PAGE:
Boston example touted as form of urban utopia
By Elizabeth Barczak
As the two-year tug-of-war over the future of Fifth and Forbes continues, champions of change are pointing north to Boston as an example of urban utopia.
Boston is being touted as a model for Pittsburgh to follow. Although Beantown’s population is nearly twice that of the Steel City, some local business leaders say Pittsburgh officials can learn from Boston’s recent revitalization.
Boston’s Main Streets program has been a topic of conversation at recent Plan C task force meetings.
The 15-member task force is charged with coming up with a recommendation to replace the mayor’s defeated Market Place plan.
“We need to look at Boston. There are lessons to be learned there that can be brought back to Pittsburgh,” said director of operations at the Pittsburgh History & Landmarks Foundation.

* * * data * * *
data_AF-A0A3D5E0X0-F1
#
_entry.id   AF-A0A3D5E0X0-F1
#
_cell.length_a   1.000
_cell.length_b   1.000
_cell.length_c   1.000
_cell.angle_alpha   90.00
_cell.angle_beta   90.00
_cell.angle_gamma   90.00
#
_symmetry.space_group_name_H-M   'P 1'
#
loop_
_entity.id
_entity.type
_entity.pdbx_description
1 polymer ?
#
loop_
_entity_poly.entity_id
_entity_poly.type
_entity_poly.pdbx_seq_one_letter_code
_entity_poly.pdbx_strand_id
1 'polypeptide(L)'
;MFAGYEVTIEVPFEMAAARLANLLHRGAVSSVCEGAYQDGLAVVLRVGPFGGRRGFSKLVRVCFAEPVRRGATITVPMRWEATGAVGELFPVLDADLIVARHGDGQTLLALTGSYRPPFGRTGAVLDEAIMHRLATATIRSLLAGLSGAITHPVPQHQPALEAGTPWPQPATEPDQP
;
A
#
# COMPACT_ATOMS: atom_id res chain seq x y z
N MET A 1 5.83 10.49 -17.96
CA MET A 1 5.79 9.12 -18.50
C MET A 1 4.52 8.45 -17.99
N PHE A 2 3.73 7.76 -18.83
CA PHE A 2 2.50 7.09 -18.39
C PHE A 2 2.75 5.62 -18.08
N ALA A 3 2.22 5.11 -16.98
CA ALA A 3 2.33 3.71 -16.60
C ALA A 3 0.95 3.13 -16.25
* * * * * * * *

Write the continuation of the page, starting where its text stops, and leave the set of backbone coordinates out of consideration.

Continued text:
In the past six years, Boston’s Main Streets program has restored or renovated 120 storefronts. The program helped to create more than 300 new businesses and almost 2,500 jobs.
Boston officials have defined 19 local business districts.
“We know what works,” McCollom said. “We need a sense of district, destination, cleanliness and marketing. … We need a sense of place realized by the retention of historic buildings.”
McCollom said she would welcome large retailers Downtown if they agreed to move into existing buildings.
The concept is one that could be an easier sell to local business owners who balked at Mayor Tom Murphy’s $522 million plan to raze 62 buildings. The plan would have displaced 125 businesses to make way for national retailers.
Murphy’s proposal died in November after upscale retailer Nordstrom Inc. pulled out as the anchor of the project.
The Plan C task force is expected to make its recommendation to Murphy by the end of the month.
This article appeared in the Pittsburgh Tribune Review. © Tribune Review